The word bishop is derived from the Greek word episkopos, which means minder. Originally, the bishop was the head of a local congregation, and later a larger ecclesiastical area called a diocese. The bishop’s task is to nurture the Church’s unity and promote the fulfilment of its mission in his or her diocese.
There are nine dioceses in the Evangelical Lutheran Church of Finland. Each bishop leads the administration and work of his or her diocese and oversees its parishes and clergy.
In particular the bishop supervises the proclamation of the word and the administration of the sacraments. He or she ordains priests and deacons and commissions lay readers and deaconesses. The bishop undertakes visitations of the parishes in his or her diocese, during which he or she, among other things, consults with elected representatives and workers about the work and plans of the parish.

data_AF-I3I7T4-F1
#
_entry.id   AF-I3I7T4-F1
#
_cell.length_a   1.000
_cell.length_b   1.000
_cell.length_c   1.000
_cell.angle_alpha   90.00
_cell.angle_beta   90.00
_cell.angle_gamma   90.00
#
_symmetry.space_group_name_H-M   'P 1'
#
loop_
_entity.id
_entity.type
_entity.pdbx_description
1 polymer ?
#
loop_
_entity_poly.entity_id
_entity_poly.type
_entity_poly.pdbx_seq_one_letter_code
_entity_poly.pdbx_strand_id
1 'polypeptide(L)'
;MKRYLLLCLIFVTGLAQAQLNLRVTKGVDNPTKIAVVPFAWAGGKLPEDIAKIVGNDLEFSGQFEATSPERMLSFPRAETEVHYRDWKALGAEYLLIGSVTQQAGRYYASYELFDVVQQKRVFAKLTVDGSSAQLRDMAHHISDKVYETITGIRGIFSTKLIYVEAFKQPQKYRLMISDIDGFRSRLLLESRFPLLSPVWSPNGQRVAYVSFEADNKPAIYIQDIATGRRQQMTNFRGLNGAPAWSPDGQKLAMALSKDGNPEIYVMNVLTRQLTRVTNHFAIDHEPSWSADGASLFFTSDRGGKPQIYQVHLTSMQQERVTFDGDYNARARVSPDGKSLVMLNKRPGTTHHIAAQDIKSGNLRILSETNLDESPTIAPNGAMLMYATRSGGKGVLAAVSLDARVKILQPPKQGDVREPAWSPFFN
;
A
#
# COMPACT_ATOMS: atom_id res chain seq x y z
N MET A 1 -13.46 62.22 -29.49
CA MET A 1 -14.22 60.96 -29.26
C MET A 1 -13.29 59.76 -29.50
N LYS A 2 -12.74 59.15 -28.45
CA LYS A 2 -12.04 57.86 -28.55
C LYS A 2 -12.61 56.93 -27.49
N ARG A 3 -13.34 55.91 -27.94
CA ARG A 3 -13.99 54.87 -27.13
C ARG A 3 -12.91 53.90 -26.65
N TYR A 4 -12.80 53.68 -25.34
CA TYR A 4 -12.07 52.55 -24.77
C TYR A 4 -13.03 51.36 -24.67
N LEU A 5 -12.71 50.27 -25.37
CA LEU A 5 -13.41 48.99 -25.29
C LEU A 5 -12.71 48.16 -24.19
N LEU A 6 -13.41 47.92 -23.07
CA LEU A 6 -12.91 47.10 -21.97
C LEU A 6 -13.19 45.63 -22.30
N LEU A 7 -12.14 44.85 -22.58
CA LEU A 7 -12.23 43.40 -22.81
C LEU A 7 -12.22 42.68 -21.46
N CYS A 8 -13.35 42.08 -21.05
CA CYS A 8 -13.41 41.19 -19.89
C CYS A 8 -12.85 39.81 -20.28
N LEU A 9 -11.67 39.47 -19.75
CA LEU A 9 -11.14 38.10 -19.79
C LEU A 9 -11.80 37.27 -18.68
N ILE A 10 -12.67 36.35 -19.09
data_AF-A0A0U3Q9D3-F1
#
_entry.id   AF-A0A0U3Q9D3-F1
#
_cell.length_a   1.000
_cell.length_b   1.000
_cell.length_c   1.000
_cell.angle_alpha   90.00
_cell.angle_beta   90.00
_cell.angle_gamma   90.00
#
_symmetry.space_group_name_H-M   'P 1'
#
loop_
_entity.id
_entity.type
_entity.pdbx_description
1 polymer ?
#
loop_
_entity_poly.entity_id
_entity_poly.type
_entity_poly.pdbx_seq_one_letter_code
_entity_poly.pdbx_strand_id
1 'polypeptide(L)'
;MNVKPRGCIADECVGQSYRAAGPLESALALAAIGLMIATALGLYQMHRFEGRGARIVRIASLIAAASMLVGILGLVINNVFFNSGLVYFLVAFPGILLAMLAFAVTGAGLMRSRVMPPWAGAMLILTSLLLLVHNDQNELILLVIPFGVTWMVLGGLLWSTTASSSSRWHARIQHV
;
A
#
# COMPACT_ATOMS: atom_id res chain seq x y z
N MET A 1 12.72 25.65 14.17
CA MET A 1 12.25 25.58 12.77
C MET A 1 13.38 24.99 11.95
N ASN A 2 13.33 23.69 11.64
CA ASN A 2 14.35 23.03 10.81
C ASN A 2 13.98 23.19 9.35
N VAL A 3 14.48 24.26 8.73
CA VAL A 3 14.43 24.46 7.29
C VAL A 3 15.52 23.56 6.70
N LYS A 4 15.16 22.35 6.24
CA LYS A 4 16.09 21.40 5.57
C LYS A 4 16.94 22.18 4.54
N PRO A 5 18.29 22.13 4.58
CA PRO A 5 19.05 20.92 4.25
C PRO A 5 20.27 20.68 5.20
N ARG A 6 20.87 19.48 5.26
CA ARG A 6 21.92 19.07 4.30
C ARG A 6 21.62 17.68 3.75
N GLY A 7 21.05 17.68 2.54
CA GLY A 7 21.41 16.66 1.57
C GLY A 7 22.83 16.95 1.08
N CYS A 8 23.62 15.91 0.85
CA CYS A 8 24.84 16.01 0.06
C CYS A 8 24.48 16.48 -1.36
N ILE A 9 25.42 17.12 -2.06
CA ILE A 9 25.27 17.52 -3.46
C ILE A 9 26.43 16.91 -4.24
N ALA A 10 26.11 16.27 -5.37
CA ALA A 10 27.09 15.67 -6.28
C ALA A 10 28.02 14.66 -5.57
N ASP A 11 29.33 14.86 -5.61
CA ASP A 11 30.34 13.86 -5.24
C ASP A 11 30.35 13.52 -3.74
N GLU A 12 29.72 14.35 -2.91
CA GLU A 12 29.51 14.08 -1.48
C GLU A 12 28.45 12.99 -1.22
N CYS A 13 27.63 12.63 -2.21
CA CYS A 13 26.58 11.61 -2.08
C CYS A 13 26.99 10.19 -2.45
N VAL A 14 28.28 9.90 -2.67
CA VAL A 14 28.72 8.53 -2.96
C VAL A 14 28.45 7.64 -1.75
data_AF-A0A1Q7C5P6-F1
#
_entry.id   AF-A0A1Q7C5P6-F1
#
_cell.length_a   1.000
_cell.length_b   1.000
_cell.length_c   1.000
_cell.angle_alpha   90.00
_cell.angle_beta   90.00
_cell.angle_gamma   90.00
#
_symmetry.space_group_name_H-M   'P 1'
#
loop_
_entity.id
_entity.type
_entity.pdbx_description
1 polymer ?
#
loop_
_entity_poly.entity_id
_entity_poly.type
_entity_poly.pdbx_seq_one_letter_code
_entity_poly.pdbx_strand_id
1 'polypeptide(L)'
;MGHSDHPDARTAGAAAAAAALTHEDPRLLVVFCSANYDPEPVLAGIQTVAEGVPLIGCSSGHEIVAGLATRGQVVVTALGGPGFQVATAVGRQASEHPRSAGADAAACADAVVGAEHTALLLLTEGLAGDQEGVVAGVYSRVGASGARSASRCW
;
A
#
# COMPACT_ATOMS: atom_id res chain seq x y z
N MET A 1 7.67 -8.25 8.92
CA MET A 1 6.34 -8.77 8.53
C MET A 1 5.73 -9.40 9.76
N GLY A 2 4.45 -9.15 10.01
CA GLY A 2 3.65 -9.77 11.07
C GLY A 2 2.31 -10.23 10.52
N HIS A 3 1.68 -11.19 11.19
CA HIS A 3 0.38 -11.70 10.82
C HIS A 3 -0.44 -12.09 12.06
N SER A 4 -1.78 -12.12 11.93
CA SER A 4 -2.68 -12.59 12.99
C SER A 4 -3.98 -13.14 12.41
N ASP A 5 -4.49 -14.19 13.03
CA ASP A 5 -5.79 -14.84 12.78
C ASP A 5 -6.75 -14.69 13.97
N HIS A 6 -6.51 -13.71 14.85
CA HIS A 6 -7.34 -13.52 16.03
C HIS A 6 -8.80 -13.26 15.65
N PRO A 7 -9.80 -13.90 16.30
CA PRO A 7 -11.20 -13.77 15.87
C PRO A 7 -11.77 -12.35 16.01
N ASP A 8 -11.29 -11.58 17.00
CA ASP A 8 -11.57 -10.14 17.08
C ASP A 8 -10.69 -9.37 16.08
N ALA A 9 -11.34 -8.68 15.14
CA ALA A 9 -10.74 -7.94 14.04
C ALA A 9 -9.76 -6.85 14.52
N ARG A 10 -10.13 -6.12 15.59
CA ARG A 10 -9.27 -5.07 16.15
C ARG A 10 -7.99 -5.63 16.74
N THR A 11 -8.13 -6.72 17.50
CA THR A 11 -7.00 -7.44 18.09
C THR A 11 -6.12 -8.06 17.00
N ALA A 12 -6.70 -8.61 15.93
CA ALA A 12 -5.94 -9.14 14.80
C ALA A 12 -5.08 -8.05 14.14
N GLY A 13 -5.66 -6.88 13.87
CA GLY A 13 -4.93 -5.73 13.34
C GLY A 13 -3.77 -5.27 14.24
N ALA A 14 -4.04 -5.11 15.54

The Archbishop of Turku and Finland (Greek: arkhos, head) is the ‘first among equals’ of the bishops. He or she serves as the chair of the Church’s central bodies such as the General Synod, the National Church Council and the Bishops’ Conference. The Archbishop represents the Church at home and abroad and is responsible for the Church’s ecumenical and foreign relations. However, he or she is not the other bishops’ superior and has no authority over other dioceses.
Locally, episcopal responsibilities and the bishop’s duties in the Archdiocese are divided between two bishops, the Archbishop and the Bishop of the Archdiocese of Turku. The Archbishop’s responsibilities include the Turku deanery, in which there are 9 parishes. The other 42 parishes are the primary responsibility of the Bishop of the Archdiocese of Turku. He or she also leads the Diocesan Chapter and its work.